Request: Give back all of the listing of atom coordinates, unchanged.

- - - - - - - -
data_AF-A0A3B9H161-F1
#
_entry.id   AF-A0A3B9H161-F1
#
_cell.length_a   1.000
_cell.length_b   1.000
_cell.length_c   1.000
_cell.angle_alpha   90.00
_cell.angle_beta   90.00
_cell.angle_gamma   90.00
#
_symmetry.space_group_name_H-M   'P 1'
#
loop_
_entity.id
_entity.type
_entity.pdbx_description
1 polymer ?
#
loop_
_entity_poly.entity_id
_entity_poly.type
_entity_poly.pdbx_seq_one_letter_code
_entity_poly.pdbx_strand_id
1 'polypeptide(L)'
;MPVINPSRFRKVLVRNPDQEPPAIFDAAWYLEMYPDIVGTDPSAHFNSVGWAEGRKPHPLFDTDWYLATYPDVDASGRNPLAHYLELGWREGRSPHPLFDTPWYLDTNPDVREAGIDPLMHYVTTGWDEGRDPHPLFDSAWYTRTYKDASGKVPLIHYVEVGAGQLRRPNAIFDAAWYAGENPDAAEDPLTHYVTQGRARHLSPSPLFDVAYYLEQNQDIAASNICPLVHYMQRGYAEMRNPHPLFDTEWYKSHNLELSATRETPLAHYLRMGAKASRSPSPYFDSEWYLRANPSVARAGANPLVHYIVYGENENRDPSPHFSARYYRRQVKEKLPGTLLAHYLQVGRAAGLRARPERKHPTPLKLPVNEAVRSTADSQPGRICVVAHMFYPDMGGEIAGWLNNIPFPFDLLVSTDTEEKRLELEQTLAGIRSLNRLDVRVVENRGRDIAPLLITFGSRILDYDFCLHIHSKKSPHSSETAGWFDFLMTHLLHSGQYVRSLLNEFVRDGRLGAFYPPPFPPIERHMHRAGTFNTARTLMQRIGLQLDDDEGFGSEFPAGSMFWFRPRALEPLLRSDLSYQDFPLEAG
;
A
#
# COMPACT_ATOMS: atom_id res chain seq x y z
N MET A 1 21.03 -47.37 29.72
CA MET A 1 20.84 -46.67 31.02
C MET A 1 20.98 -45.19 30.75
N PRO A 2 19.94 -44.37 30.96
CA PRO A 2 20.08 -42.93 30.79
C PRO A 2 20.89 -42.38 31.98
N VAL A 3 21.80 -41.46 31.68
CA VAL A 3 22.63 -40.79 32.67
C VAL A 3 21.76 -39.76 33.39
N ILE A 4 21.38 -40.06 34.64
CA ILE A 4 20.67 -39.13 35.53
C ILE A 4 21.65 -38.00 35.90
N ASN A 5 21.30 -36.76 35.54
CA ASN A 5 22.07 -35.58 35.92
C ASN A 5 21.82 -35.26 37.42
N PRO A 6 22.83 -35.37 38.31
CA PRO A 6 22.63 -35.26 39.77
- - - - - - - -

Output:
data_AF-A0A3B9H161-F1
#
_entry.id   AF-A0A3B9H161-F1
#
_cell.length_a   1.000
_cell.length_b   1.000
_cell.length_c   1.000
_cell.angle_alpha   90.00
_cell.angle_beta   90.00
_cell.angle_gamma   90.00
#
_symmetry.space_group_name_H-M   'P 1'
#
loop_
_entity.id
_entity.type
_entity.pdbx_description
1 polymer ?
#
loop_
_entity_poly.entity_id
_entity_poly.type
_entity_poly.pdbx_seq_one_letter_code
_entity_poly.pdbx_strand_id
1 'polypeptide(L)'
;MPVINPSRFRKVLVRNPDQEPPAIFDAAWYLEMYPDIVGTDPSAHFNSVGWAEGRKPHPLFDTDWYLATYPDVDASGRNPLAHYLELGWREGRSPHPLFDTPWYLDTNPDVREAGIDPLMHYVTTGWDEGRDPHPLFDSAWYTRTYKDASGKVPLIHYVEVGAGQLRRPNAIFDAAWYAGENPDAAEDPLTHYVTQGRARHLSPSPLFDVAYYLEQNQDIAASNICPLVHYMQRGYAEMRNPHPLFDTEWYKSHNLELSATRETPLAHYLRMGAKASRSPSPYFDSEWYLRANPSVARAGANPLVHYIVYGENENRDPSPHFSARYYRRQVKEKLPGTLLAHYLQVGRAAGLRARPERKHPTPLKLPVNEAVRSTADSQPGRICVVAHMFYPDMGGEIAGWLNNIPFPFDLLVSTDTEEKRLELEQTLAGIRSLNRLDVRVVENRGRDIAPLLITFGSRILDYDFCLHIHSKKSPHSSETAGWFDFLMTHLLHSGQYVRSLLNEFVRDGRLGAFYPPPFPPIERHMHRAGTFNTARTLMQRIGLQLDDDEGFGSEFPAGSMFWFRPRALEPLLRSDLSYQDFPLEAG
;
A
#
# COMPACT_ATOMS: atom_id res chain seq x y z
N MET A 1 21.03 -47.37 29.72
CA MET A 1 20.84 -46.67 31.02
C MET A 1 20.98 -45.19 30.75
N PRO A 2 19.94 -44.37 30.96
CA PRO A 2 20.08 -42.93 30.79
C PRO A 2 20.89 -42.38 31.98
N VAL A 3 21.80 -41.46 31.68
CA VAL A 3 22.63 -40.79 32.67
C VAL A 3 21.76 -39.76 33.39
N ILE A 4 21.38 -40.06 34.64
CA ILE A 4 20.67 -39.13 35.53
C ILE A 4 21.65 -38.00 35.90
N ASN A 5 21.30 -36.76 35.54
CA ASN A 5 22.07 -35.58 35.92
C ASN A 5 21.82 -35.26 37.42
N PRO A 6 22.83 -35.37 38.31
CA PRO A 6 22.63 -35.26 39.77